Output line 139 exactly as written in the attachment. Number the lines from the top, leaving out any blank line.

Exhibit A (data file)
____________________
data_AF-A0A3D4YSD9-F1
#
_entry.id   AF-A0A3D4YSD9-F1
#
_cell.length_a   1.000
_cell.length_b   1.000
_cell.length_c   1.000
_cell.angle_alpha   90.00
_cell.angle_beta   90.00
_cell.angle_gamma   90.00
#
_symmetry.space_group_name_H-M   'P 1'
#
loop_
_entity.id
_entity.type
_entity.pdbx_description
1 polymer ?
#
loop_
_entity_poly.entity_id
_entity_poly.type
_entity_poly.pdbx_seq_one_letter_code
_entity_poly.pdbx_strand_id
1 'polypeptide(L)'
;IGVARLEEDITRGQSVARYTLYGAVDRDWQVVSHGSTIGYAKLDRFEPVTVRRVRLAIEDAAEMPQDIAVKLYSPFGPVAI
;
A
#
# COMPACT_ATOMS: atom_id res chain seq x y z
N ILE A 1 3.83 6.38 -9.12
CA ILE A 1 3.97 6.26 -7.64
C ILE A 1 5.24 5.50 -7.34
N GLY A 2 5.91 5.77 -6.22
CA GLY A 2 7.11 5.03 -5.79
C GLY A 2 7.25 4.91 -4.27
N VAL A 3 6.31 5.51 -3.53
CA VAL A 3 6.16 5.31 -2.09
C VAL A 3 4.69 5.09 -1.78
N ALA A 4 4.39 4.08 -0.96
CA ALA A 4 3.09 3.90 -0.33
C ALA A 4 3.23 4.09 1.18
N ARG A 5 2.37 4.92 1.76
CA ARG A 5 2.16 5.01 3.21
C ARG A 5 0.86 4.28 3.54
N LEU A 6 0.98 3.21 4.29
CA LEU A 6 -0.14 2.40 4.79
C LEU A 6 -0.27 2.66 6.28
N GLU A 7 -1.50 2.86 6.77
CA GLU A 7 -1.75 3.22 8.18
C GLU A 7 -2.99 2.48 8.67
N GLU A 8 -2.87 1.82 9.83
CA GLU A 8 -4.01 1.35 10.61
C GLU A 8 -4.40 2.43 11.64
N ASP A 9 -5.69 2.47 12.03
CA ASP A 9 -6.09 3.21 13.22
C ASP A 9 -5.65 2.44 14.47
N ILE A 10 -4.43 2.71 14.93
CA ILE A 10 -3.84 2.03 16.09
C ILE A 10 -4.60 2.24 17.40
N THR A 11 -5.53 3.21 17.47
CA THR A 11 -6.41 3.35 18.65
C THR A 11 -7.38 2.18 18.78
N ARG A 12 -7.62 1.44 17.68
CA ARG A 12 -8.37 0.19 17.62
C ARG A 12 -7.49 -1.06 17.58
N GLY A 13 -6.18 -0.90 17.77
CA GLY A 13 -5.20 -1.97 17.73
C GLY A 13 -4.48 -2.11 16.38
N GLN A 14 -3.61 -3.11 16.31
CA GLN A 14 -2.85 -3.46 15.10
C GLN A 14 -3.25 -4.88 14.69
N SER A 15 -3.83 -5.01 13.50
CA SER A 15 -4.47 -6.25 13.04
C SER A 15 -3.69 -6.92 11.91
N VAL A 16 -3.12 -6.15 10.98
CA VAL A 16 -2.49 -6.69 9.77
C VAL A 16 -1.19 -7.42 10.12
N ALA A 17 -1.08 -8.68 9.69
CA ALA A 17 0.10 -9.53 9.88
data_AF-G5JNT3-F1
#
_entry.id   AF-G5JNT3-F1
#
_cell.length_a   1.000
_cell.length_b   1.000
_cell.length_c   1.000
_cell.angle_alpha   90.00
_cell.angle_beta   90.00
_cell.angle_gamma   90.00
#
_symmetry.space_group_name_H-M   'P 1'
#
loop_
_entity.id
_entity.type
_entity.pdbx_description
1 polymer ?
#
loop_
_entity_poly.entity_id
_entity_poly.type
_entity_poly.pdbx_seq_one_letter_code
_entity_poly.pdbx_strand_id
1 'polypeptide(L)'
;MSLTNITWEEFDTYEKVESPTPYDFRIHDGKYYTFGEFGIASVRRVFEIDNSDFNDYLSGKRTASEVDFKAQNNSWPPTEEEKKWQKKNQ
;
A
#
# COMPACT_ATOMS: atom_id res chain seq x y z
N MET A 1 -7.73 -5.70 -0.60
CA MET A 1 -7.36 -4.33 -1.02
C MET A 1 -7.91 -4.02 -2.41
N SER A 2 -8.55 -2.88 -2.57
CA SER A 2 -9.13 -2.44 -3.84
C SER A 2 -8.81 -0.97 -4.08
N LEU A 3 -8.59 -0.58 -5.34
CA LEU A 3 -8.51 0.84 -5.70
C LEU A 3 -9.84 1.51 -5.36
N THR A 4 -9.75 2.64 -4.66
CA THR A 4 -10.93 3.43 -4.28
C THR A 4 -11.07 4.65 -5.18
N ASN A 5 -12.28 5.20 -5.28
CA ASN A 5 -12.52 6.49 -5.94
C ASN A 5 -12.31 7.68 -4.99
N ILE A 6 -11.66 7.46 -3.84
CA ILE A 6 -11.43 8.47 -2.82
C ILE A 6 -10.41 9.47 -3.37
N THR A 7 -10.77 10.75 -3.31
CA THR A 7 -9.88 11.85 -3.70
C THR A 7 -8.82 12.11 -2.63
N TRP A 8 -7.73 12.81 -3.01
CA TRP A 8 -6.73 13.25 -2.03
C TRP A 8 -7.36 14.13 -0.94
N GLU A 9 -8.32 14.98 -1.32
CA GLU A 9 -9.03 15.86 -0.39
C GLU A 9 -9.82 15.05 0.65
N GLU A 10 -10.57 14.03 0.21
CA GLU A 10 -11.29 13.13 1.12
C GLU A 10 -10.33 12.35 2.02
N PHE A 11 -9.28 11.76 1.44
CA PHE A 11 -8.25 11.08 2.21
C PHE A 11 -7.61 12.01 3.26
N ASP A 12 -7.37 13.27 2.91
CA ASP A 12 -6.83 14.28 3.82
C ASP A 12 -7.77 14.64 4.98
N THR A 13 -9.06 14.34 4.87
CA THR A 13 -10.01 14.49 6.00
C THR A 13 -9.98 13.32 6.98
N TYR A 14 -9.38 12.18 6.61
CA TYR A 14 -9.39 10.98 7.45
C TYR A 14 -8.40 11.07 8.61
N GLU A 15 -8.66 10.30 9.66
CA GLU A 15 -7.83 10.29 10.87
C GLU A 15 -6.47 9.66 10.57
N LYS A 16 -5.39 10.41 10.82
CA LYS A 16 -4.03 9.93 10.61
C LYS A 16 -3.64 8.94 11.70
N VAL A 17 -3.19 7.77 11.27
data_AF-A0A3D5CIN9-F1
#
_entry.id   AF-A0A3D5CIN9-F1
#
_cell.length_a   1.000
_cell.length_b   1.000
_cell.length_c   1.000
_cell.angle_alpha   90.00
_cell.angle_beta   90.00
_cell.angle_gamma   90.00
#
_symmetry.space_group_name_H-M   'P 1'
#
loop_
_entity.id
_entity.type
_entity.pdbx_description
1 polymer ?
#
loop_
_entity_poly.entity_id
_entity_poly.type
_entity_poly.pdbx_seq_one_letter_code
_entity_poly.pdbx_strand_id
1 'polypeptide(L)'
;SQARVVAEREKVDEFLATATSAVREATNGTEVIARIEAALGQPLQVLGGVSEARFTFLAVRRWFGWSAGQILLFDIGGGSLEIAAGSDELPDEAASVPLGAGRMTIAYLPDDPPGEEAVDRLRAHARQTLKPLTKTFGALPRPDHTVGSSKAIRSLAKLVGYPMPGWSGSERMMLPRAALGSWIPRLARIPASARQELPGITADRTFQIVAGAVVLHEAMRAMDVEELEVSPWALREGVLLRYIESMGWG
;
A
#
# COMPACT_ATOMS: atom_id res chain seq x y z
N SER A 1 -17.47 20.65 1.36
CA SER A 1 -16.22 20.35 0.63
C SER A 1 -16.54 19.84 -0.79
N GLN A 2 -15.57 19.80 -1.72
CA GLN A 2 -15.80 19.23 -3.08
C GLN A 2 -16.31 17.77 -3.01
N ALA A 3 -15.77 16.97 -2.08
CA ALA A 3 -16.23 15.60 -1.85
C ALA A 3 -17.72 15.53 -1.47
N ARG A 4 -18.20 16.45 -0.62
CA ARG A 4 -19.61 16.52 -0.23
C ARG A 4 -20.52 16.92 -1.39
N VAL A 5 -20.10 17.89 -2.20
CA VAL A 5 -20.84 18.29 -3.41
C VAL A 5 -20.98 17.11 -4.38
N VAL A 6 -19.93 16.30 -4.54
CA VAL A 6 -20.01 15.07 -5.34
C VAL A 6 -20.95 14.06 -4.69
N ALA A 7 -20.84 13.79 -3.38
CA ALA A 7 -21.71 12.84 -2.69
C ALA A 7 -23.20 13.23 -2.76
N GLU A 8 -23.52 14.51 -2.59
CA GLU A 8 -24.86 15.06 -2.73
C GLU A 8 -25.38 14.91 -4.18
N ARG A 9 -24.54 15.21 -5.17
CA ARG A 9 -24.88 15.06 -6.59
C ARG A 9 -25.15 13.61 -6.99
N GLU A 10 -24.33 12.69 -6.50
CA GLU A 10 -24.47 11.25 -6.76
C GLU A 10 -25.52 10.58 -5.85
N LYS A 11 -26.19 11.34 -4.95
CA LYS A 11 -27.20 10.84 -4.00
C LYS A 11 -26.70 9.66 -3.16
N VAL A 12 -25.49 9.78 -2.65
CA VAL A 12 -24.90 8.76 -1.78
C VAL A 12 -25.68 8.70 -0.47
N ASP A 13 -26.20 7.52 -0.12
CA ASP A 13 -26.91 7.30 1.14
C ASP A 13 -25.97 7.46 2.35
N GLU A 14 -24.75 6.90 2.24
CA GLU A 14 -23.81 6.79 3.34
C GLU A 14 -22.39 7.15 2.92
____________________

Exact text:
CA GLU A 10 -11.29 13.13 1.12